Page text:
Kier Group’s stock recovered to finish up 1.1 per cent today as shareholders appeared cautiously optimistic about its pricey turnaround plan.
The struggling outsourcer staggered to a £245m loss in its latest full year, but trimmed its net debt by more than 10 per cent to £167m.
David Madden, analyst at CMC Markets, said this indicated the turnaround “is heading in the right direction”.
“The restructuring plan is moving slowing, but it is making progress nonetheless,” he added.
Nevertheless, the massive loss over the 12 months to the end of June came in stark contrast to a £106m profit this time last year.
Shares plummeted in early morning trading, but eventually rallied by the close on Thursday.
Kier also announced today that its chairman, Philip Cox, is stepping down from the board to retire from his position. He has been chairman for two years but will step aside when the board finds a successor to help deliver the firm’s new strategy.
That strategy includes cutting 1,200 jobs and quitting non-core businesses, such as its house building division Kier Living to pay down its debt.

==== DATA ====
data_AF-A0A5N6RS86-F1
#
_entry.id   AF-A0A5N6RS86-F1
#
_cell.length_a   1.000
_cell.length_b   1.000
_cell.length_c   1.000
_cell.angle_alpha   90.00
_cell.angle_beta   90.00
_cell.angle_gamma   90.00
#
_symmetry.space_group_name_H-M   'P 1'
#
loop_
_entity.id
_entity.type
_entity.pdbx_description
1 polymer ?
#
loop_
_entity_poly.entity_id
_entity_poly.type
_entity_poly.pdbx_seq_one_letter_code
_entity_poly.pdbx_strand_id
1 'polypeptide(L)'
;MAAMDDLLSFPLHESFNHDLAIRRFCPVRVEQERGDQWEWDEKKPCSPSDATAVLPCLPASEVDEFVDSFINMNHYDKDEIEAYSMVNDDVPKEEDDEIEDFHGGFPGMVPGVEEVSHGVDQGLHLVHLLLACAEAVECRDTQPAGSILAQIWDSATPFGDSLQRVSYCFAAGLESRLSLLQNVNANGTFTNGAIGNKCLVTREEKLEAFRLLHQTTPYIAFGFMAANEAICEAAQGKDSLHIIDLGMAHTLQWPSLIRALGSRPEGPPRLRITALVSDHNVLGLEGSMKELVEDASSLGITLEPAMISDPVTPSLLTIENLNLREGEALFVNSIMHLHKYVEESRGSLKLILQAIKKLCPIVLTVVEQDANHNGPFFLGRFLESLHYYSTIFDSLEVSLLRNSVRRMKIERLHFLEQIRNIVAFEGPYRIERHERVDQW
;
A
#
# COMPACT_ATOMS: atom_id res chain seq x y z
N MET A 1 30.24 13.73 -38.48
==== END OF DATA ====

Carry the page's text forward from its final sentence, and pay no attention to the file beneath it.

Today Kier said the sale of that arm is “progressing well” as it targets £55m in annual savings from 2021 when it completes its bid to simplify.
Kier fell to a huge £245m loss before tax in the 12 months to the end of June, down from a £106m profit.
Revenue also slipped from £4.24bn to £4.12bn as the company saw its adjusted operating profit margin narrow to 2.8 per cent, down from 2018’s 4.1 per cent.
Shareholders suffered a loss of 158.5p per share, compared to earnings per share of 89.3p last year.
Kier has already suspended its full-year dividend, but said it would have fallen to 4.9p per share. Last year’s was 69p per share.
However, AJ Bell analyst Russ Mould said the rally in share price may indicate that short sellers were buying up shares.
“Kier is the second-most shorted stock in the UK market, on the basis of disclosed positions, so it may not take that much to create a bit of an upward squeeze.
“The new management team is getting to work on simplifying and focusing the business, but it looks like it is going to be a long slog.”
Revenue for the full year slipped from £4.24bn to £4.12bn.
CEO Andrew Davies said: “Kier experienced a difficult year, resulting in a disappointing financial performance. However, we are building firm foundations for the future: we have a new management team in place, we have defined our strategic priorities and we are taking decisive actions to deliver them.”